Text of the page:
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San Antonio

City Council Passes Resolution Promoting Equity For Women

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Joey Palacios
/
Texas Public Radio
San Antonio District 5 Councilwoman Shirley Gonzales (left) is joined by councilmembers Rebecca Viagran of District 3 and Ana Sandoval of District 7 and City Manager Sheryl Sculley after council's passage of the resolution Thursday.

The San Antonio City Council has approved a resolution asserting the rights of women in San Antonio.

The resolution, which was passed unanimously by council Thursday, puts the city’s focus on initiatives that eliminate domestic violence and sexual assault, promotes positive women’s health outcomes, and address inequitable access to economic and business opportunities. Council members hope it will inspire other companies and organizations do the same.

Fifty-one percent of San Antonio’s estimated 1.5 million residents are women, according to the 2017 census estimates. There are 11 members of the City Council, including the mayor, and three council members are women.

“The action we’ve taken today as a council is a strong statement about who we are as a city and about our vision for the future. I’m proud to do this for the young women, the girls who will see the council dais, notice that women are only 33 percent of this City Council and decide to do something about it,” District 5 Councilwoman Shirley Gonzales said.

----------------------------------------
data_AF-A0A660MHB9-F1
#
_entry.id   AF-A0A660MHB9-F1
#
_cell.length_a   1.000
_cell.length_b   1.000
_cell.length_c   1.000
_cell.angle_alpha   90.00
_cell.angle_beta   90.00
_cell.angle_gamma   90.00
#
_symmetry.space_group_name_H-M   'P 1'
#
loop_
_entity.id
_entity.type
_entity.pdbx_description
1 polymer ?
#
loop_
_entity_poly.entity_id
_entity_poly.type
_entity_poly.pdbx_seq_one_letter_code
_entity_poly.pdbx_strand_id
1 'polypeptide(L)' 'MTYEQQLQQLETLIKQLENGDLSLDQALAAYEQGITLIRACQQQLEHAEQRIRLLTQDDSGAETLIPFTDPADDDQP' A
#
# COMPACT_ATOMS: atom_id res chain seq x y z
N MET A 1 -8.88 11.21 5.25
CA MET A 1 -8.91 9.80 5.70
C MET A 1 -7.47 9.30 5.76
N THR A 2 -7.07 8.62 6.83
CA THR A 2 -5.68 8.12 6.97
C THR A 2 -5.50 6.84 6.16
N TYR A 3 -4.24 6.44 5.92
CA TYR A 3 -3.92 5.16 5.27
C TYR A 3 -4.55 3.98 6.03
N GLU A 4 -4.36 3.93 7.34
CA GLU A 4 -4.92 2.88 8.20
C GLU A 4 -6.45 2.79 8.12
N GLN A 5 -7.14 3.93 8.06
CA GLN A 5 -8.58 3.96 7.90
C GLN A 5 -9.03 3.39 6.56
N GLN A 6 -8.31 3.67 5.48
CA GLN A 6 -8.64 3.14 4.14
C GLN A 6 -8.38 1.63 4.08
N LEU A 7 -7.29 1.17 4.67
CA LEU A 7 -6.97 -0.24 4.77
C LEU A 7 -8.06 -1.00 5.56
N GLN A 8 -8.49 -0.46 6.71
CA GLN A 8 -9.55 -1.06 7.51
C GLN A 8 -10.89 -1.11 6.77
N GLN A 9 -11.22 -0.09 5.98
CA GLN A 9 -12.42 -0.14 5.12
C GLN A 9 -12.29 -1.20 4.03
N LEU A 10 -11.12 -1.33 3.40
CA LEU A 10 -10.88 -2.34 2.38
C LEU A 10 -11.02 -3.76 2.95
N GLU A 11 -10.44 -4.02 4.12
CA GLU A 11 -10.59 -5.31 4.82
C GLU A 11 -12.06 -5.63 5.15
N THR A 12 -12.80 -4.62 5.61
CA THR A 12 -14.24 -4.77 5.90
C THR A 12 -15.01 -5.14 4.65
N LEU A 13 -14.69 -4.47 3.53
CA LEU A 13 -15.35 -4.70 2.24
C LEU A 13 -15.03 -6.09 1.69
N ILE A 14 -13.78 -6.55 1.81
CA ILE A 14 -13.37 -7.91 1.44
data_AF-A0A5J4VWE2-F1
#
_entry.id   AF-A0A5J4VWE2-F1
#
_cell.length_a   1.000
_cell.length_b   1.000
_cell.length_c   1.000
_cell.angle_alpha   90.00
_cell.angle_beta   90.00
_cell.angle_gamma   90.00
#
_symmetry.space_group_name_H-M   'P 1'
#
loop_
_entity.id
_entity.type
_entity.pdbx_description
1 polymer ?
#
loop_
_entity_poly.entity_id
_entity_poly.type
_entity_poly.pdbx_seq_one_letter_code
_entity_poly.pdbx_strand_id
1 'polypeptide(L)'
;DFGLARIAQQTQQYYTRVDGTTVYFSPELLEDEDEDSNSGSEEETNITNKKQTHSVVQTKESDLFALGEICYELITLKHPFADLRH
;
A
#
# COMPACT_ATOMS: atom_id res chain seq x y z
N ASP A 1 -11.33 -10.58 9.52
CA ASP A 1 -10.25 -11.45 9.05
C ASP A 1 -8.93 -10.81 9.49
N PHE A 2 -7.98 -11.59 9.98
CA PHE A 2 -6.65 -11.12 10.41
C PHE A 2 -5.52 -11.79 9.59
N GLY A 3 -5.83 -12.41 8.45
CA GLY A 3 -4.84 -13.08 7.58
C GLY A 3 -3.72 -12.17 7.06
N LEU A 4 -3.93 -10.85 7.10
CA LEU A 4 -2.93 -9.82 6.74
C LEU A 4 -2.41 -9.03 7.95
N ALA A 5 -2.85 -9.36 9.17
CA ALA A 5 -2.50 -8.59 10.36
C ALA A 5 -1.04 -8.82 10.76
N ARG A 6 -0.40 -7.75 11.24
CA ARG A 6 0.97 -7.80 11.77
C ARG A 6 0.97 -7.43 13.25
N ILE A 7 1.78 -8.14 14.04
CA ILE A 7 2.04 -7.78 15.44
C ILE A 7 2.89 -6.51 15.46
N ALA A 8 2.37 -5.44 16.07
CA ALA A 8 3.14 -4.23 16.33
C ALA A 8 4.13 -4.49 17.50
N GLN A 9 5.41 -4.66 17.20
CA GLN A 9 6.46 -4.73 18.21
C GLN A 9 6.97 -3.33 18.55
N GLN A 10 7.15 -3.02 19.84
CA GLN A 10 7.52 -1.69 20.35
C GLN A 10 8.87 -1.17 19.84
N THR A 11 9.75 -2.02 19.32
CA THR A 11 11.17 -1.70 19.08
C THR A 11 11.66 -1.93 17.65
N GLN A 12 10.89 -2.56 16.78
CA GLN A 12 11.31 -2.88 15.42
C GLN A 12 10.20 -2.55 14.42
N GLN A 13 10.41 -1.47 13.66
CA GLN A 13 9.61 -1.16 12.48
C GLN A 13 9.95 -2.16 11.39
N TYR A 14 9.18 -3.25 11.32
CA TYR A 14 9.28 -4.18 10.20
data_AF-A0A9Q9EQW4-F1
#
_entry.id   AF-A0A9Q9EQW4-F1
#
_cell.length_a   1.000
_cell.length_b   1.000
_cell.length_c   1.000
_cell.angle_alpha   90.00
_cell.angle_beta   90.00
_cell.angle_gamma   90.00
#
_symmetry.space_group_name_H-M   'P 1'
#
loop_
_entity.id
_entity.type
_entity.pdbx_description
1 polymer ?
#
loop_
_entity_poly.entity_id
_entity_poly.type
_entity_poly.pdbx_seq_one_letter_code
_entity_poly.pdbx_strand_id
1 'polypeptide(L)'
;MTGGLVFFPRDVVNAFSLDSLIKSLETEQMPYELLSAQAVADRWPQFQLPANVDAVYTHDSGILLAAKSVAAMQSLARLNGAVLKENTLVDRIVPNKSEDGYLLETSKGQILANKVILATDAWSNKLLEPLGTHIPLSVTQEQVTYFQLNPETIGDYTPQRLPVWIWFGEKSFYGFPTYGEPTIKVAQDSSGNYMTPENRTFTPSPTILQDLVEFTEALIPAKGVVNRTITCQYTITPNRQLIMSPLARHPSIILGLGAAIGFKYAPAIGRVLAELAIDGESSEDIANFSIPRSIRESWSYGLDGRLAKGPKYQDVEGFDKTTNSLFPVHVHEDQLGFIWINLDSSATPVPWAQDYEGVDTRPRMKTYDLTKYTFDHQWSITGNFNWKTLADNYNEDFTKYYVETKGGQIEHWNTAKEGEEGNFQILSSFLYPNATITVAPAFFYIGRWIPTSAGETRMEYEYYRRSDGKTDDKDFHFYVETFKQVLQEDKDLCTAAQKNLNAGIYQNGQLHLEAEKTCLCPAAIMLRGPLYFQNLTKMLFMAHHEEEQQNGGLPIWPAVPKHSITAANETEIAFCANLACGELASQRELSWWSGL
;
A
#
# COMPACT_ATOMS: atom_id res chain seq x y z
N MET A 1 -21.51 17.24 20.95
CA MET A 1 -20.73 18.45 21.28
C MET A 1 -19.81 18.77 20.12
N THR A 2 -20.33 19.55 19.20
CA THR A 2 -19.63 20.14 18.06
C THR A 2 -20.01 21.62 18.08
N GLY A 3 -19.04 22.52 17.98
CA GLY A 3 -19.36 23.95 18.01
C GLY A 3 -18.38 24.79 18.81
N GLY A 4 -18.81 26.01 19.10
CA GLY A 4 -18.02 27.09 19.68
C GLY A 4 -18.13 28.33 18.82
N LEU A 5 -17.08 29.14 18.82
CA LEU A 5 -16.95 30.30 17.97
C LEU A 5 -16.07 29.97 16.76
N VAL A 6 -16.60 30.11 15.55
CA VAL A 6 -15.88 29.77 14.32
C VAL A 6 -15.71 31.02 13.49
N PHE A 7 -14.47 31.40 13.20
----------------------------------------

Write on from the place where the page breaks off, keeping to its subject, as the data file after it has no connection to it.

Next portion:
District 3 Councilwoman Rebecca Viagran is one of three council members who led the effort to get the resolution passed.

“We’re not just going to do a resolution but we’re also going to put strategies in place to move the needle on these issues including women representation on our boards and commissions,” she said.

That change in policy could lead to the city providing more money to non-profit agencies primarily focused on women, and help provide a bigger push to encourage women-owned businesses to apply for city contracts.

The policy changes compliment an increase in the number of women-owned businesses bidding for contracts. The number has increased from 3 percent in 2011 to 17 percent in 2017 of total applications submitted, according to City Manager Sheryl Sculley.

“But there is still a lot of work to be done … that we need to continue this and make this an even higher priority than it has been in the past,” she said.

San Antonio Mayor Ron Nirenberg said there is a need to proactively advance opportunities for all women.

“For that to occur as the math points out, we must reduce domestic violence that disproportionately affects women, we must decrease disparities in health around maternal care that hold women back, and we must expand opportunities for entrepreneurship so that more women can start their own business,” Nirenberg said.

Gonzalez also filed a request that the city commission a study on the status of women in San Antonio, including demographics, political participation, violence and safety, health and wellbeing, and economic opportunity.

Joey Palacios can be reached at Joey@TPR.org at on Twitter at @Joeycules